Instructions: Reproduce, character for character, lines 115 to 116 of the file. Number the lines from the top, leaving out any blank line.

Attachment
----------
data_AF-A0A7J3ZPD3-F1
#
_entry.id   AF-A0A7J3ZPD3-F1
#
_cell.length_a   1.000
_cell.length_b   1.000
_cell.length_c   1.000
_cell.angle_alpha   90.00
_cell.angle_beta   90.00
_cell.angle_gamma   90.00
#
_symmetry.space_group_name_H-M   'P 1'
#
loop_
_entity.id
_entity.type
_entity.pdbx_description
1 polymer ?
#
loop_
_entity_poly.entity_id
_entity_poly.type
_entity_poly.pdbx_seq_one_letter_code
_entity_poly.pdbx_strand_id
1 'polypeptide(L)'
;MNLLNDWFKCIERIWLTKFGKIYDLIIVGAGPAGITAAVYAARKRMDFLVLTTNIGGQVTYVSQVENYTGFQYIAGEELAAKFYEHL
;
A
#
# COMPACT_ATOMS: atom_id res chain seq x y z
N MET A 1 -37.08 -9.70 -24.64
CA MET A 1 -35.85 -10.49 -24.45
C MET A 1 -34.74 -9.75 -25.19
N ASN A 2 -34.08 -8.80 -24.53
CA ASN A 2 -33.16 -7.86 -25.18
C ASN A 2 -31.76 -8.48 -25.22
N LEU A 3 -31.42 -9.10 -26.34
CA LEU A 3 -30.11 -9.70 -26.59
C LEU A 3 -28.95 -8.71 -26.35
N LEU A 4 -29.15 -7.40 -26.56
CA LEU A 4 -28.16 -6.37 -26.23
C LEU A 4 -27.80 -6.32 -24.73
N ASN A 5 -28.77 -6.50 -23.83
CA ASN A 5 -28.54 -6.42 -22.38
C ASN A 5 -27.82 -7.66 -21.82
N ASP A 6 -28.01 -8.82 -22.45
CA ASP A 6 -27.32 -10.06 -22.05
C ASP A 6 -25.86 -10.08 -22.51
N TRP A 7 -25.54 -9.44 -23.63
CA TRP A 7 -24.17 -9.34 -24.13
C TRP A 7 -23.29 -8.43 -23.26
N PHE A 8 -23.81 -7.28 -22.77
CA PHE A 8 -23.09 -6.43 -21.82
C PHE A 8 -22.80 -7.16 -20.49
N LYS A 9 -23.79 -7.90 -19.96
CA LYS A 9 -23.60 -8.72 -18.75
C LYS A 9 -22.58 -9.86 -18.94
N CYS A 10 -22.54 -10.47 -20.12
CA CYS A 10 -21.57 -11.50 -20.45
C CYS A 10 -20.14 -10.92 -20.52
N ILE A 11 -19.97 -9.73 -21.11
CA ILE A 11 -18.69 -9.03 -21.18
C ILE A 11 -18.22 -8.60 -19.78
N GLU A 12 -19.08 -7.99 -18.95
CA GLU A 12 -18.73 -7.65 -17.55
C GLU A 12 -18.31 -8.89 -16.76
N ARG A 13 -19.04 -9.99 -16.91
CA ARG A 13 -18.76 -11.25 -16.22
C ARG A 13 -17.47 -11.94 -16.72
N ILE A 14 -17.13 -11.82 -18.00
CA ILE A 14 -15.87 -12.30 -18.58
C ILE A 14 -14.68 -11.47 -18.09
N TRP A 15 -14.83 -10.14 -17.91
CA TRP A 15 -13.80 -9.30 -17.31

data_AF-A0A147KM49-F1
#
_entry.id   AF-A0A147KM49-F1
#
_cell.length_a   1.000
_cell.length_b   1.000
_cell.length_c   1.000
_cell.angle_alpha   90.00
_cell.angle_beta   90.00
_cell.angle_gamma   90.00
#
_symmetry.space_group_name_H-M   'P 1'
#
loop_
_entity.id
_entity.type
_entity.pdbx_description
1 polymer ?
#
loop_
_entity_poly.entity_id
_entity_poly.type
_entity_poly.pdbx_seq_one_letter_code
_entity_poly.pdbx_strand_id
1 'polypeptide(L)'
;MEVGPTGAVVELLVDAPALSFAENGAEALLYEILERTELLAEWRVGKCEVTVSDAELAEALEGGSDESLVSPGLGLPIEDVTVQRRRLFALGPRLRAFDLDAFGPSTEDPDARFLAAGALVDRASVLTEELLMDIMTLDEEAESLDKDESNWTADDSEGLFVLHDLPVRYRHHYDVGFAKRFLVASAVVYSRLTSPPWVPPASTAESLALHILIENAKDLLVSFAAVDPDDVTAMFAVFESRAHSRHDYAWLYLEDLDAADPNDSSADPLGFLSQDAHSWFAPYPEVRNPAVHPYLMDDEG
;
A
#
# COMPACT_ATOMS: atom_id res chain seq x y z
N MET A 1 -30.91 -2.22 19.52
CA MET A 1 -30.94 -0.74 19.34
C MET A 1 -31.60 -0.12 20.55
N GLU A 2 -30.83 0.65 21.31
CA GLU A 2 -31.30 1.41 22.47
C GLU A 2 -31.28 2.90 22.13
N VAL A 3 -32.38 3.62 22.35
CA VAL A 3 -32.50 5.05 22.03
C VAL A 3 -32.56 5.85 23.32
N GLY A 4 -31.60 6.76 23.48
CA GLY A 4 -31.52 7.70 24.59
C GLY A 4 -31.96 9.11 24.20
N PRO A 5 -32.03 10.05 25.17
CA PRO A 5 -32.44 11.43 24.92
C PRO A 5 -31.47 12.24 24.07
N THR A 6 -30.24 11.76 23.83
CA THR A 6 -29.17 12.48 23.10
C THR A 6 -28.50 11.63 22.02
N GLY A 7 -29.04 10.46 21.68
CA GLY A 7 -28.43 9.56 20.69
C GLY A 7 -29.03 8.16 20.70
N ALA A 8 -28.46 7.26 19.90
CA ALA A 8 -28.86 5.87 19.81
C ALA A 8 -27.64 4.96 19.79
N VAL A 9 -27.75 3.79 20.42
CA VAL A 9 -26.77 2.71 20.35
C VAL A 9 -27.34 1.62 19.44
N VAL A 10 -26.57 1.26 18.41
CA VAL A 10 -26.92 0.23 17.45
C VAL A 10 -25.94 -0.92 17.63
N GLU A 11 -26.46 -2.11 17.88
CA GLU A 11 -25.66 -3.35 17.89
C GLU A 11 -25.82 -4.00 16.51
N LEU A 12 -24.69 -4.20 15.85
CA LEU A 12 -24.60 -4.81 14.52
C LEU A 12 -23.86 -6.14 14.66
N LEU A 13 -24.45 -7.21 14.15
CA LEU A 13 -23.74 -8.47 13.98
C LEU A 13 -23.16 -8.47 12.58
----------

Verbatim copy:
CA GLY A 4 -31.52 7.70 24.59
C GLY A 4 -31.96 9.11 24.20